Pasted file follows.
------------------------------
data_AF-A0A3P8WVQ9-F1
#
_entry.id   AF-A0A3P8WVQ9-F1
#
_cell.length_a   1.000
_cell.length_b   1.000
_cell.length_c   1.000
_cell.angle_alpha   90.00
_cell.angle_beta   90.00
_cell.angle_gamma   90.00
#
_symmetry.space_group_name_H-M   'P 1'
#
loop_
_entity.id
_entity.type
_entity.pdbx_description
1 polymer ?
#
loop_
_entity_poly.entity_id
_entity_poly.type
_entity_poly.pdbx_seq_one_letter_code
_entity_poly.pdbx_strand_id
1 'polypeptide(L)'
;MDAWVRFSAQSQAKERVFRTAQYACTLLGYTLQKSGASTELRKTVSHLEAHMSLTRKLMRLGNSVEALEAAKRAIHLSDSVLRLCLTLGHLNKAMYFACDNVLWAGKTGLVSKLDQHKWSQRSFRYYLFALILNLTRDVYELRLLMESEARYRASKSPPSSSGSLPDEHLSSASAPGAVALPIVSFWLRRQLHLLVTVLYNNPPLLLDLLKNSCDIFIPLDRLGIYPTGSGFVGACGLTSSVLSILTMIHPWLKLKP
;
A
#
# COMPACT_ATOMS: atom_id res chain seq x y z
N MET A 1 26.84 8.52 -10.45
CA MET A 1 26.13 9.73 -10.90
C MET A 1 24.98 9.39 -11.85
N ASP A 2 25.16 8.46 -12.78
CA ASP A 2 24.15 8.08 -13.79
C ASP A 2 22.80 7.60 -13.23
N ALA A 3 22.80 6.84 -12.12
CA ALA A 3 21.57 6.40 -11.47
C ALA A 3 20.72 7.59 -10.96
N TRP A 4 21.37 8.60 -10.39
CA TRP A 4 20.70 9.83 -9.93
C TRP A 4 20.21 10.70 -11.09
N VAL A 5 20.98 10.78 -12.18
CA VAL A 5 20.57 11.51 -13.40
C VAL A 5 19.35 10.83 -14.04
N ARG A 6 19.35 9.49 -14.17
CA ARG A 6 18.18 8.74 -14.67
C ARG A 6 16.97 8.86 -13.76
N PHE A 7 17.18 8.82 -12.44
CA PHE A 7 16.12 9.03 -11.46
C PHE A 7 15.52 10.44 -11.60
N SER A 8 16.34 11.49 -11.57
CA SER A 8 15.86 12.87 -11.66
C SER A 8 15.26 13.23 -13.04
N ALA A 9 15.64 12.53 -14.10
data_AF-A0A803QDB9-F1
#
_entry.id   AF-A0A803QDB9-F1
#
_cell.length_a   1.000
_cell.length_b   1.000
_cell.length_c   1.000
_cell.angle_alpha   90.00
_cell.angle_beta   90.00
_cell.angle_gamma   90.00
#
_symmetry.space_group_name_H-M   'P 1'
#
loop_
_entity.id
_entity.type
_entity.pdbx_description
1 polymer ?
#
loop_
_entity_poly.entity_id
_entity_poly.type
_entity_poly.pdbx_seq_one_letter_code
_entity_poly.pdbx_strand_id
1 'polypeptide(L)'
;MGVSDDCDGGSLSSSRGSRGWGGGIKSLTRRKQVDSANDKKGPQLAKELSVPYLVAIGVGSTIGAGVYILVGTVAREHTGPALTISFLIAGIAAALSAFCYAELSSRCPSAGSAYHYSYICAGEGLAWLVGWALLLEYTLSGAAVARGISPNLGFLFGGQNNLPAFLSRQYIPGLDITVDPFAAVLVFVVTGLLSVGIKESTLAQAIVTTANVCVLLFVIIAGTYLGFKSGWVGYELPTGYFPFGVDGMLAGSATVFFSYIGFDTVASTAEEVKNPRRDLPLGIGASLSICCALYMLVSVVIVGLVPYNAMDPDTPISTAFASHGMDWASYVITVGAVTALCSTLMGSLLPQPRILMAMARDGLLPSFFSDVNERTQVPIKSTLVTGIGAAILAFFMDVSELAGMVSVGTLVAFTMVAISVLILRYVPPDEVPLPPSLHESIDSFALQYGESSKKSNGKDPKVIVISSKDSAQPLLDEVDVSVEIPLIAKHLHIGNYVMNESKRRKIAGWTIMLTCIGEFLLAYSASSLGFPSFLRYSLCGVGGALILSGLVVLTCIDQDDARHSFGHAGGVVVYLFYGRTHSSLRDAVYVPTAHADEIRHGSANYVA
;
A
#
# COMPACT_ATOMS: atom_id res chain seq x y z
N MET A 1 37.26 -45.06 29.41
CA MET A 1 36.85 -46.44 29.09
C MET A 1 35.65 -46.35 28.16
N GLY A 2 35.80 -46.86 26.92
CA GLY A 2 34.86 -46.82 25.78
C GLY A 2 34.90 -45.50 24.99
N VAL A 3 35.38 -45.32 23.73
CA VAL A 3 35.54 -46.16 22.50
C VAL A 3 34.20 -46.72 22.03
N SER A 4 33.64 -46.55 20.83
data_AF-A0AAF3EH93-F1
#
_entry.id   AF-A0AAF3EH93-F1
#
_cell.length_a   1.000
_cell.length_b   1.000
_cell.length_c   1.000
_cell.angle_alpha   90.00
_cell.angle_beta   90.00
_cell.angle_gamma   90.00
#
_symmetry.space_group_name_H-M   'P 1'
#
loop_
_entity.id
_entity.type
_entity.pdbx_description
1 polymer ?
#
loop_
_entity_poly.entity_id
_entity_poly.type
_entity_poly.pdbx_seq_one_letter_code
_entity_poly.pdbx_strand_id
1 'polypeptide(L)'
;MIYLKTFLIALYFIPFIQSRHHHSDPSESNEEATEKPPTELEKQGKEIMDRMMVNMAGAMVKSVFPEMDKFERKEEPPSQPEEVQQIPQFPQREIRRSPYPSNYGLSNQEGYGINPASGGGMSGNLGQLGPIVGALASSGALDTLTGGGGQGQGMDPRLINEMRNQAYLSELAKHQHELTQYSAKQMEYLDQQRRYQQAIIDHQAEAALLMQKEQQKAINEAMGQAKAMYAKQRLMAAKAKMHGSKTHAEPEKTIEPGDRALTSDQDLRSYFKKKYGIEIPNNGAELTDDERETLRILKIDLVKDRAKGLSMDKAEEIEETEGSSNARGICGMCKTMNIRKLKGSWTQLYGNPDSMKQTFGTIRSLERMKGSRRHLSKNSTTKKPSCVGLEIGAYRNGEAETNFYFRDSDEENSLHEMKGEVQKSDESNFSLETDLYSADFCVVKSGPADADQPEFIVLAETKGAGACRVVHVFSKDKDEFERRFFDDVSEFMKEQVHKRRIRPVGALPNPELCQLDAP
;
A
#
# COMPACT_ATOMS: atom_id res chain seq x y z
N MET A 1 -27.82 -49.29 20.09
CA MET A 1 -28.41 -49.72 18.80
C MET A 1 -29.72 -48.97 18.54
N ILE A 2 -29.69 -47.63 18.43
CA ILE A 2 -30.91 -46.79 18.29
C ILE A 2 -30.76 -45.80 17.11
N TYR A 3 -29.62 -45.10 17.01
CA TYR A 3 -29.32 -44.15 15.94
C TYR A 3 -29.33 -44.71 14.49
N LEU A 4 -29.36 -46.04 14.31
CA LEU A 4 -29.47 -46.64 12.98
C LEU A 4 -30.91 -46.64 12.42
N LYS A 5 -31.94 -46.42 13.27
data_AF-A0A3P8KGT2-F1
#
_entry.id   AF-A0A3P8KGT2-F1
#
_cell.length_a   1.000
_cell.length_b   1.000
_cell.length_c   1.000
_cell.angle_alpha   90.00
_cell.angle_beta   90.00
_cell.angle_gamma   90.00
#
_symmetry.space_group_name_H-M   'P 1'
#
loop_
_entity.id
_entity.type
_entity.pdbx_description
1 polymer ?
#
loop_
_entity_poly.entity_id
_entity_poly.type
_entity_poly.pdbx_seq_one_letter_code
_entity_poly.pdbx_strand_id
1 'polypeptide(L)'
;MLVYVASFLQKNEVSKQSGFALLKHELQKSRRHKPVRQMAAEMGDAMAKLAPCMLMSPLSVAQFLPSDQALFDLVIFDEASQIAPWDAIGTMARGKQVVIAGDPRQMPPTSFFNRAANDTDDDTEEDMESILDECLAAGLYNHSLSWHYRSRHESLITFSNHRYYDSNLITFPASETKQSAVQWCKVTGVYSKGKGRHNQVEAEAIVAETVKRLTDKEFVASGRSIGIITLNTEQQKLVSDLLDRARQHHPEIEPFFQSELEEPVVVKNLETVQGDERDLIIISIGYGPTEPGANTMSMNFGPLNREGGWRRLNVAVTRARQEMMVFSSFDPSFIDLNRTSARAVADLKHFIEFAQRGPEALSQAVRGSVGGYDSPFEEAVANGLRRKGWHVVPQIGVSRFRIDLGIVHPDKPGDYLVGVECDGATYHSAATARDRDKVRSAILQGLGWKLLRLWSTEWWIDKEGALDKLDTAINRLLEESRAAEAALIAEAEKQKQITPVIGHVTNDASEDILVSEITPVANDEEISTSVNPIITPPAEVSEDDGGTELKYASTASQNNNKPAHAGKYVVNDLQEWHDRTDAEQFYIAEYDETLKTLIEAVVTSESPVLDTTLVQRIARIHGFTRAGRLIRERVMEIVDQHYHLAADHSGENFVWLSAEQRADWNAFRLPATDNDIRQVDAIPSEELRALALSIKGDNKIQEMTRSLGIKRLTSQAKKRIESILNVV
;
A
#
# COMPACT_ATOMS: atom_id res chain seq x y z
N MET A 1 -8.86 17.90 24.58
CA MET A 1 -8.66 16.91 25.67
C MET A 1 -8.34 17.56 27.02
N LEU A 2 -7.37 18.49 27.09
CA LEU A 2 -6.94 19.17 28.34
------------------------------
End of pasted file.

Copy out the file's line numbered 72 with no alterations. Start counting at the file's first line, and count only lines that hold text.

_entity.pdbx_description